In April of 2016, I started a meditation practice. I took up meditation to help manage my anxiety and depression, which had spun out of control despite medication and exercise. As if by cosmic serendipity, the podcasts and blogs I consumed at the time all began recommending meditation simultaneously. So I gave it a shot.
We’ll get to how this relates to writing in a minute.
My current practice is a simple mindfulness practice: you sit for five, ten or twenty minutes (or whatever) and focus on your breath. No chants or incense, no tinkly New Age music. You can approach this in several ways: you can count your breaths; you can think “in” as you breathe in and “out” as you breathe out, you can focus on bodily or external stimuli. There are whole courses devoted to this stuff.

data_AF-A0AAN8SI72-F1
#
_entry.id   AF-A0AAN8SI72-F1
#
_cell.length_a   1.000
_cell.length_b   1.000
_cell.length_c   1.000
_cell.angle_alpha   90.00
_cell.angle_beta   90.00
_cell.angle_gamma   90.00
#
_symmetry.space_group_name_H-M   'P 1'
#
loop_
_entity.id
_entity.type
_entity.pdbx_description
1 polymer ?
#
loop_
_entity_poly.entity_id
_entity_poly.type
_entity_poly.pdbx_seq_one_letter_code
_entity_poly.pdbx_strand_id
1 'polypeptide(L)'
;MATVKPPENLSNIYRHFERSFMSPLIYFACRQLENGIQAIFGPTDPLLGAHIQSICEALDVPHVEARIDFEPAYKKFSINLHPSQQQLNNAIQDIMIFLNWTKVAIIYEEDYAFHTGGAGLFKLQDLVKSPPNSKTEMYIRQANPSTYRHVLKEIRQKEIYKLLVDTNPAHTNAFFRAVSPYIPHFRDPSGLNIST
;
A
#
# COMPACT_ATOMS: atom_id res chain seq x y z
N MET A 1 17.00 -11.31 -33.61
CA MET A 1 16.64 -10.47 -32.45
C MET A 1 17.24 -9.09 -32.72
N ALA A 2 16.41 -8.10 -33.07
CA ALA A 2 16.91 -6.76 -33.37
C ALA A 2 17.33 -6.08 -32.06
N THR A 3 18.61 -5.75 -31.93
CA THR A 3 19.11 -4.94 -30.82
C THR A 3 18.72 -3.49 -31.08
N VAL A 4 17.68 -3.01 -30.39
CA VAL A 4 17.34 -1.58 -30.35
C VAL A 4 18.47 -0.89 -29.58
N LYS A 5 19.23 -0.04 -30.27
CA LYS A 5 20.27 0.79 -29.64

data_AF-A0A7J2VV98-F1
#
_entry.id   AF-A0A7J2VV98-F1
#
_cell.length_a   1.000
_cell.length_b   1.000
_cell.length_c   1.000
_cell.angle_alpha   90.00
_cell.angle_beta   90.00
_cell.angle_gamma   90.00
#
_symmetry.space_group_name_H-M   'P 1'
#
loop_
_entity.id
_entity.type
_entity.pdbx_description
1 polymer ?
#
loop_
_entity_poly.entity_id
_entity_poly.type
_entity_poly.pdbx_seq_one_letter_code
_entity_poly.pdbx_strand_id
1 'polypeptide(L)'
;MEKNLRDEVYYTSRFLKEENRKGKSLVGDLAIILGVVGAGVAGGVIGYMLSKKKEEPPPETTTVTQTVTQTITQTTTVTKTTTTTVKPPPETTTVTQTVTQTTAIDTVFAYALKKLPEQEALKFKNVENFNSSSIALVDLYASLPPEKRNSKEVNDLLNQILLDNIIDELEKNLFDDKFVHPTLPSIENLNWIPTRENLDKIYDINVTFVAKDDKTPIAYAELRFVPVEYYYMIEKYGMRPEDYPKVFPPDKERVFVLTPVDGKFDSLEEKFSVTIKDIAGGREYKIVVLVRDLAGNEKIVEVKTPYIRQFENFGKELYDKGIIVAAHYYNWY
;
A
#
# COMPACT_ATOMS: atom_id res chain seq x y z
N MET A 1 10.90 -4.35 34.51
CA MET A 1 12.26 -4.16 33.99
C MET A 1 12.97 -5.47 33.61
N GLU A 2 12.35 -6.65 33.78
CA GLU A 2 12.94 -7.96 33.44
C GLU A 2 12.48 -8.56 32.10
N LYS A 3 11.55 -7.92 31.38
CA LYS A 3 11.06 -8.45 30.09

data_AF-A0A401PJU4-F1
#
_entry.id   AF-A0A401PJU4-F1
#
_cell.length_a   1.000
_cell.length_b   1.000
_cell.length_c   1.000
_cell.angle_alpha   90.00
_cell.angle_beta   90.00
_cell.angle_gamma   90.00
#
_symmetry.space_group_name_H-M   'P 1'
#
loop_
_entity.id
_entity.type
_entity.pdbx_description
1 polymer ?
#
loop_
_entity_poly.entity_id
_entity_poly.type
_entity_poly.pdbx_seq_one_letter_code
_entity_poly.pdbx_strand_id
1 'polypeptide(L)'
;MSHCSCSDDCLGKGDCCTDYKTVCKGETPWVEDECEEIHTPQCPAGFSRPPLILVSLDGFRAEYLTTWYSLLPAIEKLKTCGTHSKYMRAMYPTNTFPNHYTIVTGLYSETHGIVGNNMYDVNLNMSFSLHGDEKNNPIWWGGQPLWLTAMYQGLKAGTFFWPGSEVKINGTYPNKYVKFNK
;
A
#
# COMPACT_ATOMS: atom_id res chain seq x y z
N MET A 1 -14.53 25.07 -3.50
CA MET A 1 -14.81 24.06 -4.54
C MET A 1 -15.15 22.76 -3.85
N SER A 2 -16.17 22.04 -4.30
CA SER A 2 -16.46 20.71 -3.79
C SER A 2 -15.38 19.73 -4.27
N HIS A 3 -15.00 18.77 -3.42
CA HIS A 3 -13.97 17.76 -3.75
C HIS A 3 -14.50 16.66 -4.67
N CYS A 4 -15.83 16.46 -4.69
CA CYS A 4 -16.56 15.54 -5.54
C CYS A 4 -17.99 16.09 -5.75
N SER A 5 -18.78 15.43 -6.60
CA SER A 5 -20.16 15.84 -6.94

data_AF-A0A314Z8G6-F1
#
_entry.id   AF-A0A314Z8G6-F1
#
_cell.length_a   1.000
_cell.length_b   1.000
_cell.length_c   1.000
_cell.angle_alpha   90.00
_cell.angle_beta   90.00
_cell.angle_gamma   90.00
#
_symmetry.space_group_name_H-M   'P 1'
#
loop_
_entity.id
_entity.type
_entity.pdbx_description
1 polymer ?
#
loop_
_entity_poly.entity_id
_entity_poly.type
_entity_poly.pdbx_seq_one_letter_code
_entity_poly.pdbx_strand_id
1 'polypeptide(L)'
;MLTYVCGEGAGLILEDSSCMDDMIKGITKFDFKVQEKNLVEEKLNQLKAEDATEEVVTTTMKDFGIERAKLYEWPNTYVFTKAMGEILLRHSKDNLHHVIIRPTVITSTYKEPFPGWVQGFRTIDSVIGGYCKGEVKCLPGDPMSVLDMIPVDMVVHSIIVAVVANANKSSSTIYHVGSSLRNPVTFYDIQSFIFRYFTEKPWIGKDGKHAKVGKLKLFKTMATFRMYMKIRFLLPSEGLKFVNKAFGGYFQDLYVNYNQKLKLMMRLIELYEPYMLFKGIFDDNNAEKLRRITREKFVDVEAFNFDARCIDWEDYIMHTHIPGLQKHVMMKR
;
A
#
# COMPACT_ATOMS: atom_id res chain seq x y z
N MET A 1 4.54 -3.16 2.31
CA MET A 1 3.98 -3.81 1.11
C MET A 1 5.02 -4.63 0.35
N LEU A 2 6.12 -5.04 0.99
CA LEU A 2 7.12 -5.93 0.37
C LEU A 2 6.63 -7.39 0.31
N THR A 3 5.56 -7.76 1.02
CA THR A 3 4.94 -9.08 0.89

The important part is knowing when your mind has wandered, and beginning again. This is not my first time trying meditation. I’ve been on-and-off for years. What I failed to realize those previous times is: discovering your mind has wandered off task and re-focusing isn’t a failure of the practice. That is the practice. The whole point is to realize you’ve become distracted. Then you begin again.
Being kind to yourself as you re-focus is a huge part of the practice. The more compassion you can show yourself, the more “successful” your meditation. (I put that in quotes because you don’t ever really “win” at meditation, and you only fail by not practicing.)
Culturally, we in the West tend to experience problems with being kind to ourselves. As English translator to the Dalai Lama Thupten Jinpa says: